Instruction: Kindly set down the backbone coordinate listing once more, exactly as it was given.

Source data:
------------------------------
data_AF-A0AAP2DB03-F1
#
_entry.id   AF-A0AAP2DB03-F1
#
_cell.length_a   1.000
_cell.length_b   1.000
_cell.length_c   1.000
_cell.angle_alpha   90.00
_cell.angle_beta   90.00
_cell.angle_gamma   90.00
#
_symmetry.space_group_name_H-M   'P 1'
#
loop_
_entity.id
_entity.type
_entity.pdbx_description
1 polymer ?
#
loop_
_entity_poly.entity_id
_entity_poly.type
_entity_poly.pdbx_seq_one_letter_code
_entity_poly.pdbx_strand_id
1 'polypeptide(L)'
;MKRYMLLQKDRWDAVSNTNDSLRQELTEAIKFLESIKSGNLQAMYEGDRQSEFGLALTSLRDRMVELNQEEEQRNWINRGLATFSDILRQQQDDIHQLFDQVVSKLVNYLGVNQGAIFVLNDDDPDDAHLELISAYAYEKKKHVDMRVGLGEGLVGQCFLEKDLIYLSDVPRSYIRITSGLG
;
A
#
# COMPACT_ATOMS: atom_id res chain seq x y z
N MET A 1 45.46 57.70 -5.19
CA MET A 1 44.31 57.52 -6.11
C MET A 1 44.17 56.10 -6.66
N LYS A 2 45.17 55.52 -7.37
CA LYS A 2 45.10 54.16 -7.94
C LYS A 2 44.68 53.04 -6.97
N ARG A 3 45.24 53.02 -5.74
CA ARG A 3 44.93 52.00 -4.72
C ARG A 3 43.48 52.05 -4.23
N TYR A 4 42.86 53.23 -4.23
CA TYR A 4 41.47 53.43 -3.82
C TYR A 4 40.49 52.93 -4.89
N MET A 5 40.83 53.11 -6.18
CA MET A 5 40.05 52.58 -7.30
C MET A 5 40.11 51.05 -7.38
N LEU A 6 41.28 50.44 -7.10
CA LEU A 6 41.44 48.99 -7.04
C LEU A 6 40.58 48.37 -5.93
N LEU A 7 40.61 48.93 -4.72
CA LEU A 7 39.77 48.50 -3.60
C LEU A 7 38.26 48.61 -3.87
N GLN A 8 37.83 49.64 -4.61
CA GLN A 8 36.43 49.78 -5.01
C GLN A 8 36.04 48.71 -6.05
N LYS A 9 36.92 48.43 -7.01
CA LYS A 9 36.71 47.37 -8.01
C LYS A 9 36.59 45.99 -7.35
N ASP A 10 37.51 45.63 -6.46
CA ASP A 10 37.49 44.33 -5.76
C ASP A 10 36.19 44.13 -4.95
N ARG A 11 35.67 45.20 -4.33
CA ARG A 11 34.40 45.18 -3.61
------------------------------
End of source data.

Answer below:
data_AF-A0AAP2DB03-F1
#
_entry.id   AF-A0AAP2DB03-F1
#
_cell.length_a   1.000
_cell.length_b   1.000
_cell.length_c   1.000
_cell.angle_alpha   90.00
_cell.angle_beta   90.00
_cell.angle_gamma   90.00
#
_symmetry.space_group_name_H-M   'P 1'
#
loop_
_entity.id
_entity.type
_entity.pdbx_description
1 polymer ?
#
loop_
_entity_poly.entity_id
_entity_poly.type
_entity_poly.pdbx_seq_one_letter_code
_entity_poly.pdbx_strand_id
1 'polypeptide(L)'
;MKRYMLLQKDRWDAVSNTNDSLRQELTEAIKFLESIKSGNLQAMYEGDRQSEFGLALTSLRDRMVELNQEEEQRNWINRGLATFSDILRQQQDDIHQLFDQVVSKLVNYLGVNQGAIFVLNDDDPDDAHLELISAYAYEKKKHVDMRVGLGEGLVGQCFLEKDLIYLSDVPRSYIRITSGLG
;
A
#
# COMPACT_ATOMS: atom_id res chain seq x y z
N MET A 1 45.46 57.70 -5.19
CA MET A 1 44.31 57.52 -6.11
C MET A 1 44.17 56.10 -6.66
N LYS A 2 45.17 55.52 -7.37
CA LYS A 2 45.10 54.16 -7.94
C LYS A 2 44.68 53.04 -6.97
N ARG A 3 45.24 53.02 -5.74
CA ARG A 3 44.93 52.00 -4.72
C ARG A 3 43.48 52.05 -4.23
N TYR A 4 42.86 53.23 -4.23
CA TYR A 4 41.47 53.43 -3.82
C TYR A 4 40.49 52.93 -4.89
N MET A 5 40.83 53.11 -6.18
CA MET A 5 40.05 52.58 -7.30
C MET A 5 40.11 51.05 -7.38
N LEU A 6 41.28 50.44 -7.10
CA LEU A 6 41.44 48.99 -7.04
C LEU A 6 40.58 48.37 -5.93
N LEU A 7 40.61 48.93 -4.72
CA LEU A 7 39.77 48.50 -3.60
C LEU A 7 38.26 48.61 -3.87
N GLN A 8 37.83 49.64 -4.61
CA GLN A 8 36.43 49.78 -5.01
C GLN A 8 36.04 48.71 -6.05
N LYS A 9 36.92 48.43 -7.01
CA LYS A 9 36.71 47.37 -8.01
C LYS A 9 36.59 45.99 -7.35
N ASP A 10 37.51 45.63 -6.46
CA ASP A 10 37.49 44.33 -5.76
C ASP A 10 36.19 44.13 -4.95
N ARG A 11 35.67 45.20 -4.33
CA ARG A 11 34.40 45.18 -3.61